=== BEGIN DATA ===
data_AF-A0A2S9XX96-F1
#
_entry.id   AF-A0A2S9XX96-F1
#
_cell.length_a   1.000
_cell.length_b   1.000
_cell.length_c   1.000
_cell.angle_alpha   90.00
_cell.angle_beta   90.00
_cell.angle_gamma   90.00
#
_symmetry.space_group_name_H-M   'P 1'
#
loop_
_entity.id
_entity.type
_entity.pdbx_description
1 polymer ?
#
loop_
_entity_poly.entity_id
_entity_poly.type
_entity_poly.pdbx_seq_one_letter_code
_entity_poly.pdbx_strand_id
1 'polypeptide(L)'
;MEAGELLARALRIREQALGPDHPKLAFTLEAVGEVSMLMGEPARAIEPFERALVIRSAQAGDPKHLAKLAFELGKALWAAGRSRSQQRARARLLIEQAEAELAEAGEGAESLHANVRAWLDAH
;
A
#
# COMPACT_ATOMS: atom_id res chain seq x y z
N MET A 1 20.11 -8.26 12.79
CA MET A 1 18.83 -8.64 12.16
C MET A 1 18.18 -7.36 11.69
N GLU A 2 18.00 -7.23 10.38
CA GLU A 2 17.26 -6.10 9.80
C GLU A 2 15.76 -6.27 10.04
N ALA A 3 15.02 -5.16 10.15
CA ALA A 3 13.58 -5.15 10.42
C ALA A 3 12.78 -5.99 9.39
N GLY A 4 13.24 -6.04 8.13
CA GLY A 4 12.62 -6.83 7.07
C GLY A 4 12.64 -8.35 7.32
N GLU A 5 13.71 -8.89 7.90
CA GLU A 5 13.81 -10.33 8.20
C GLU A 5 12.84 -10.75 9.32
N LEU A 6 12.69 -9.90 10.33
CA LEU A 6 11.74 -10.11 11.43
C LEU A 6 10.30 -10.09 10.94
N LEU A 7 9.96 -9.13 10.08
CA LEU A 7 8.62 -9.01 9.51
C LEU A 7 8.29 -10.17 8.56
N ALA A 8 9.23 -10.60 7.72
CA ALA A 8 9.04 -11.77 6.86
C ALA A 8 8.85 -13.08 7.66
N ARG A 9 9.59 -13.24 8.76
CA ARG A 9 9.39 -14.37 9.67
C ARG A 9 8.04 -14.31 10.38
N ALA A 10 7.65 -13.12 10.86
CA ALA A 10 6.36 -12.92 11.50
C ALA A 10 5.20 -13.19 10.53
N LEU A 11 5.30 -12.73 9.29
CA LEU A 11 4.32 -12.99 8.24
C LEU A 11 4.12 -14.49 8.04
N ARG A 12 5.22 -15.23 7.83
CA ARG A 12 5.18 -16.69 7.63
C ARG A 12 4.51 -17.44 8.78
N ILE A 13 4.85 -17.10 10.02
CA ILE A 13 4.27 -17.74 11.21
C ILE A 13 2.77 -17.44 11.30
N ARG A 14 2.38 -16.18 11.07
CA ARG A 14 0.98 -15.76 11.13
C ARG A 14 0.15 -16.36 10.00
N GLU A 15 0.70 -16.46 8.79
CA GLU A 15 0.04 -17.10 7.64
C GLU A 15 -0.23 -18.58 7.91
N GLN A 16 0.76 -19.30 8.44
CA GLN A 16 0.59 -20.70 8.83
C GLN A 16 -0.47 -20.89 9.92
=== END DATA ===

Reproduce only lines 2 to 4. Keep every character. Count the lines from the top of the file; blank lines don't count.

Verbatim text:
#
_entry.id   AF-A0A2S9XX96-F1
#